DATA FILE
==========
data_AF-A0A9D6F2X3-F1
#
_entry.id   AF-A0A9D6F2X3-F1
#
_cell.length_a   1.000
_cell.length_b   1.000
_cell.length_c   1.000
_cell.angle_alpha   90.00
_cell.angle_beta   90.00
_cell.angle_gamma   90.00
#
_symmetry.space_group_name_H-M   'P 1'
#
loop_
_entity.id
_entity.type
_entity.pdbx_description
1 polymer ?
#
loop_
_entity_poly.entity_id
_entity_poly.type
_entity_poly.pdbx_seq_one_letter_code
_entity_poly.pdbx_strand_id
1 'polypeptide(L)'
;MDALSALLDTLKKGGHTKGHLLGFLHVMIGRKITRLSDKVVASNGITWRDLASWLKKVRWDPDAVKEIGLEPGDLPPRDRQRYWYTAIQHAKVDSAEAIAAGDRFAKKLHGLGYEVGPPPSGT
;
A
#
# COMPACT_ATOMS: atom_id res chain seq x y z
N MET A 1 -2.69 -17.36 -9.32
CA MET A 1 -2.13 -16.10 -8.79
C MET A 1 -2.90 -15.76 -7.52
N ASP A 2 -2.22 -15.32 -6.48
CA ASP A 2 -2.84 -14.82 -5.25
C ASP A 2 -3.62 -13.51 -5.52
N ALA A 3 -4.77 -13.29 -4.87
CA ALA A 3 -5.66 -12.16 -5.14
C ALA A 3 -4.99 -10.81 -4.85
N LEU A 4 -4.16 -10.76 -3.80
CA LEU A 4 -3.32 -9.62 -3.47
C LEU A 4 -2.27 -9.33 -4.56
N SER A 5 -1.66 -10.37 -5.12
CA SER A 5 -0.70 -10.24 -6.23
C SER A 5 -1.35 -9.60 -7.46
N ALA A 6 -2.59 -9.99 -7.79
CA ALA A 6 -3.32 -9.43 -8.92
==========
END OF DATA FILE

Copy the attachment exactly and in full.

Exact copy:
data_AF-A0A9D6F2X3-F1
#
_entry.id   AF-A0A9D6F2X3-F1
#
_cell.length_a   1.000
_cell.length_b   1.000
_cell.length_c   1.000
_cell.angle_alpha   90.00
_cell.angle_beta   90.00
_cell.angle_gamma   90.00
#
_symmetry.space_group_name_H-M   'P 1'
#
loop_
_entity.id
_entity.type
_entity.pdbx_description
1 polymer ?
#
loop_
_entity_poly.entity_id
_entity_poly.type
_entity_poly.pdbx_seq_one_letter_code
_entity_poly.pdbx_strand_id
1 'polypeptide(L)'
;MDALSALLDTLKKGGHTKGHLLGFLHVMIGRKITRLSDKVVASNGITWRDLASWLKKVRWDPDAVKEIGLEPGDLPPRDRQRYWYTAIQHAKVDSAEAIAAGDRFAKKLHGLGYEVGPPPSGT
;
A
#
# COMPACT_ATOMS: atom_id res chain seq x y z
N MET A 1 -2.69 -17.36 -9.32
CA MET A 1 -2.13 -16.10 -8.79
C MET A 1 -2.90 -15.76 -7.52
N ASP A 2 -2.22 -15.32 -6.48
CA ASP A 2 -2.84 -14.82 -5.25
C ASP A 2 -3.62 -13.51 -5.52
N ALA A 3 -4.77 -13.29 -4.87
CA ALA A 3 -5.66 -12.16 -5.14
C ALA A 3 -4.99 -10.81 -4.85
N LEU A 4 -4.16 -10.76 -3.80
CA LEU A 4 -3.32 -9.62 -3.47
C LEU A 4 -2.27 -9.33 -4.56
N SER A 5 -1.66 -10.37 -5.12
CA SER A 5 -0.70 -10.24 -6.23
C SER A 5 -1.35 -9.60 -7.46
N ALA A 6 -2.59 -9.99 -7.79
CA ALA A 6 -3.32 -9.43 -8.92